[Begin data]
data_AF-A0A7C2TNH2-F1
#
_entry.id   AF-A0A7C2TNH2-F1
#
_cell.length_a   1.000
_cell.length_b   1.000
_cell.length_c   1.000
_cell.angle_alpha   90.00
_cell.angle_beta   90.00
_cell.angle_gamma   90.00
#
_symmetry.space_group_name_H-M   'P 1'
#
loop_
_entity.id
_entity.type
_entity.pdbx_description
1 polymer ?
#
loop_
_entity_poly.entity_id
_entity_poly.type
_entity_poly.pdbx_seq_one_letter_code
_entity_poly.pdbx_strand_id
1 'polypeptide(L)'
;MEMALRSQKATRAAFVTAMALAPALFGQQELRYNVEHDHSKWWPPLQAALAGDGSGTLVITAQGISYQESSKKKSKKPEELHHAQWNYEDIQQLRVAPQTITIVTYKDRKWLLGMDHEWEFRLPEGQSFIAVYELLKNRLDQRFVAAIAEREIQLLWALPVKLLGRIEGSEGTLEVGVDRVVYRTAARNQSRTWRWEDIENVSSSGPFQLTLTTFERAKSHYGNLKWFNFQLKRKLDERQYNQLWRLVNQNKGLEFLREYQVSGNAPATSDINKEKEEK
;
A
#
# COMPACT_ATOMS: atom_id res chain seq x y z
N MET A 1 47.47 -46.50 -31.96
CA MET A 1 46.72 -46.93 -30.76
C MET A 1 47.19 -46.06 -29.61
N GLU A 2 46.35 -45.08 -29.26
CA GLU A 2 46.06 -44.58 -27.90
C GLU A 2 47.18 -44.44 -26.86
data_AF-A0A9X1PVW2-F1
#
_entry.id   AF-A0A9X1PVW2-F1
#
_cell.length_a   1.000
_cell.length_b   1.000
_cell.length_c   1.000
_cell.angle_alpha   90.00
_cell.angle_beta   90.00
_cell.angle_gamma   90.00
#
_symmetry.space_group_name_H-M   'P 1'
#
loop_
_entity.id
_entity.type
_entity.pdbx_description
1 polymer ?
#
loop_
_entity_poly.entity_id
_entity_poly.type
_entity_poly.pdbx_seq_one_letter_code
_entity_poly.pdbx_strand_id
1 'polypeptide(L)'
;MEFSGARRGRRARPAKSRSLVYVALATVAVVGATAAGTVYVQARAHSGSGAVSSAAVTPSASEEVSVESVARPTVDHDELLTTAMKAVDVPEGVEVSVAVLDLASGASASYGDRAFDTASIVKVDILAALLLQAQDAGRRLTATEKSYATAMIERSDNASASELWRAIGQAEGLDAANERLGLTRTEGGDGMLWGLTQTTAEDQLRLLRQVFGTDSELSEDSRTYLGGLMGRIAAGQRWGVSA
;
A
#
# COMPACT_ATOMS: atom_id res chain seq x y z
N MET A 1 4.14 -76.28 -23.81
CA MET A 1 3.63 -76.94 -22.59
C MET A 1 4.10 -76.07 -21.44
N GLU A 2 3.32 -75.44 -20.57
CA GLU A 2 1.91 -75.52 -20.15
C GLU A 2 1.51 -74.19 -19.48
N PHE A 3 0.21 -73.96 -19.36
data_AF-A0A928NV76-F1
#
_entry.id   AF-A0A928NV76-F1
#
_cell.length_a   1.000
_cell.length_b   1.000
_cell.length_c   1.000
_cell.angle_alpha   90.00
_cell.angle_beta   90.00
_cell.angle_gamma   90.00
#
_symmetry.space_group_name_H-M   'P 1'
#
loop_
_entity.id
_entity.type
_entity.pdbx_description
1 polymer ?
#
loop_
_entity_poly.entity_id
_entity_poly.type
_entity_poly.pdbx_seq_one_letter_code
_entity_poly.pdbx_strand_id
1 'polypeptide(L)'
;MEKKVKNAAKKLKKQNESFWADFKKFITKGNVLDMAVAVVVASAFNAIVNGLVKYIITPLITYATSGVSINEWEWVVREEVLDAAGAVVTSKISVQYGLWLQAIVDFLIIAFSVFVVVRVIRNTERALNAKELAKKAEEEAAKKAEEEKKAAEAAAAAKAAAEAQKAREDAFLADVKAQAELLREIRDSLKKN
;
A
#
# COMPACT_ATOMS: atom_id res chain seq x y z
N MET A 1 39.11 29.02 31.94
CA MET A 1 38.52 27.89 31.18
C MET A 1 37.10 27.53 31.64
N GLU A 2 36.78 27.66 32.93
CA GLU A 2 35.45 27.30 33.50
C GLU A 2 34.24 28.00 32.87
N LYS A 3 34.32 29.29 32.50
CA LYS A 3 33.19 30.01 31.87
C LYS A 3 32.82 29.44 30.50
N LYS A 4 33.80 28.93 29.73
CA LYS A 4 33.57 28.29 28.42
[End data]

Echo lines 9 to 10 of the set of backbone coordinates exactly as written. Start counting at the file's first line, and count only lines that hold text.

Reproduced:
_cell.angle_beta   90.00
_cell.angle_gamma   90.00